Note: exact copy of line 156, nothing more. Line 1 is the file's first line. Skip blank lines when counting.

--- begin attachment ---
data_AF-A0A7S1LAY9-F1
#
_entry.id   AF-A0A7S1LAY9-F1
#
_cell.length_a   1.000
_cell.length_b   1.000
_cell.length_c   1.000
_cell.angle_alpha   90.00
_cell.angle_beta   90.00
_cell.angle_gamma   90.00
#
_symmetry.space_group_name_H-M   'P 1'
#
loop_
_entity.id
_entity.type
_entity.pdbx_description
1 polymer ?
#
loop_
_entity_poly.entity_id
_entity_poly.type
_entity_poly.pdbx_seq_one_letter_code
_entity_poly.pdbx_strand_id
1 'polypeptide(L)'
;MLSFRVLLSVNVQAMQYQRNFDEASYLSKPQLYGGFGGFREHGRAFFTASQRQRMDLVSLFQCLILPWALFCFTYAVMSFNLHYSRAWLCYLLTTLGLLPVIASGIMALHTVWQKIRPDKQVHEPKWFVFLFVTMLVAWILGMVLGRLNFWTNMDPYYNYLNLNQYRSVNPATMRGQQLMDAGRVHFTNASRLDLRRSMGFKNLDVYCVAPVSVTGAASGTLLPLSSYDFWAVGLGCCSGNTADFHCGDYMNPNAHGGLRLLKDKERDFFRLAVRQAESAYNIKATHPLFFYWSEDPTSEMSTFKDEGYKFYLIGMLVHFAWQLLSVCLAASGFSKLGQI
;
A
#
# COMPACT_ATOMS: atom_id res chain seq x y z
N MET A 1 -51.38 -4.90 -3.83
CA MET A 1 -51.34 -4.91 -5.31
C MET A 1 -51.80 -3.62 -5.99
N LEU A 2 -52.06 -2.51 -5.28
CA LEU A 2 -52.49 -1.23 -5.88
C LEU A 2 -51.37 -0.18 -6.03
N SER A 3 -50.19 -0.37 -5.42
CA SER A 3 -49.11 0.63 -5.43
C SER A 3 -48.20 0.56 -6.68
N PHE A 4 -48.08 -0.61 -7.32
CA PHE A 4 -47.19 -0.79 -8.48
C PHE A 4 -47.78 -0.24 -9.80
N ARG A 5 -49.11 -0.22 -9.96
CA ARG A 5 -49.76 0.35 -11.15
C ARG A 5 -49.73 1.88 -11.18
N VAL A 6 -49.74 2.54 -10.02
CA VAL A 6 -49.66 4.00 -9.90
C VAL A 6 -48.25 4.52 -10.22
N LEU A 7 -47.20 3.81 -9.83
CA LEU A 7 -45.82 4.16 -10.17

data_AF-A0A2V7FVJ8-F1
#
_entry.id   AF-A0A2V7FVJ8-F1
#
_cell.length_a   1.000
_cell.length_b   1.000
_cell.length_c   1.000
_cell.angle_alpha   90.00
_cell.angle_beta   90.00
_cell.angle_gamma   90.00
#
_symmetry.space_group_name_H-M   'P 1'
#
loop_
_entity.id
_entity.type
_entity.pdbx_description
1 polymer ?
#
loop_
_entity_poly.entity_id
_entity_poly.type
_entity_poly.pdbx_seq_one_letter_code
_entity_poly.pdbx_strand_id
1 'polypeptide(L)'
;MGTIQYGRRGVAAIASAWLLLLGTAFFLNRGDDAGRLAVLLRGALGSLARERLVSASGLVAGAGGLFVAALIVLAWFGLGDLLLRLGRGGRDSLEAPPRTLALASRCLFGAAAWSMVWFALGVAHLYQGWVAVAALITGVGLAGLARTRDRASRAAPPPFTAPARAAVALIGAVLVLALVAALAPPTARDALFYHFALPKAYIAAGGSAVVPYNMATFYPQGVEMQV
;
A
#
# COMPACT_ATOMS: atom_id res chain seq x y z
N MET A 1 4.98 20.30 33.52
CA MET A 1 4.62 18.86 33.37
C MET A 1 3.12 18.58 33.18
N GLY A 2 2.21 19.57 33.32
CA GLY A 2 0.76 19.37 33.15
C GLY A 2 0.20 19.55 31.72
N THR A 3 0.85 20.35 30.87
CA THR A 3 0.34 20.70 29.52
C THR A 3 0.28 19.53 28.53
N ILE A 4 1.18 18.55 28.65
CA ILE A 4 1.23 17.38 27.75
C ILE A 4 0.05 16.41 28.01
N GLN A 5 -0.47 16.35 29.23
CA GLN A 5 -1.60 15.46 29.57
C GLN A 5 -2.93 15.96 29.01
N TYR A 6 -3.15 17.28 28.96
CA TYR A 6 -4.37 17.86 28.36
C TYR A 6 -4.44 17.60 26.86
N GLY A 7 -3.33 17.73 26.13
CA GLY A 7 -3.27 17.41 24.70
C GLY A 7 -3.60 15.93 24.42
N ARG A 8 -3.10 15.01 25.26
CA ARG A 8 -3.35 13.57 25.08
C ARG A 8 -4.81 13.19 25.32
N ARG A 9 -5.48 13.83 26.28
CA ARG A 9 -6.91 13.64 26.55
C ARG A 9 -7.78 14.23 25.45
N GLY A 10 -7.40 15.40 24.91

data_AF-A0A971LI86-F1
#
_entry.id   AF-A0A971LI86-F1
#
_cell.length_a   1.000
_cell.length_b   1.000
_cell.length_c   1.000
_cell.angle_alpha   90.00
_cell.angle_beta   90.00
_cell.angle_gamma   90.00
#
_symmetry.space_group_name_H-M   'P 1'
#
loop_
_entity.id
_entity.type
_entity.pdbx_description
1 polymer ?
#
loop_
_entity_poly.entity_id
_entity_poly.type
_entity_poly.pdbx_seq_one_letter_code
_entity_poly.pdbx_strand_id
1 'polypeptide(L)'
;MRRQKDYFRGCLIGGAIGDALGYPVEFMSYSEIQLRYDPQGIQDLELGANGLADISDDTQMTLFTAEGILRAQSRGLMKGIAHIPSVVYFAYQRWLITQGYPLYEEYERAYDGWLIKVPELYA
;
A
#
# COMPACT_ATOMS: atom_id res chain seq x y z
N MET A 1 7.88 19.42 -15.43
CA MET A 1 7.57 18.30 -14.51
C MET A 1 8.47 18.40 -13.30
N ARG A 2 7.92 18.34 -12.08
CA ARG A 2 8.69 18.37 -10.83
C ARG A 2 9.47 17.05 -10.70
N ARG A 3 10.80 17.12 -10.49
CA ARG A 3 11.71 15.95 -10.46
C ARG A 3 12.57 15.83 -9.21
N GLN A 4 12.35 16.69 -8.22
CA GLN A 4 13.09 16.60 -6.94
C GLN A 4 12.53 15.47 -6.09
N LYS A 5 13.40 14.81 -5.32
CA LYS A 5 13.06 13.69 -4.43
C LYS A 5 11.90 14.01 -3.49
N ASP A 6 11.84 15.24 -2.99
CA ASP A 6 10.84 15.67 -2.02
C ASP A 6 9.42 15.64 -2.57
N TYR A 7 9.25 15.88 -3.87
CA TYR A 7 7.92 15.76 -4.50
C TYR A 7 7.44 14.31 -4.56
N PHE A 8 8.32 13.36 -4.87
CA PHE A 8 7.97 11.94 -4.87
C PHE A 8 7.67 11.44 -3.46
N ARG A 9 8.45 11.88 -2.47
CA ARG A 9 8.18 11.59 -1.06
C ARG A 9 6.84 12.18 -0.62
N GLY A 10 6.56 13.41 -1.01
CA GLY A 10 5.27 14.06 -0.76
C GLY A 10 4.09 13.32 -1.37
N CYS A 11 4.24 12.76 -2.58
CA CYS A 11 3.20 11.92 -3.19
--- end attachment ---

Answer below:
C ASP A 6 9.42 15.64 -2.57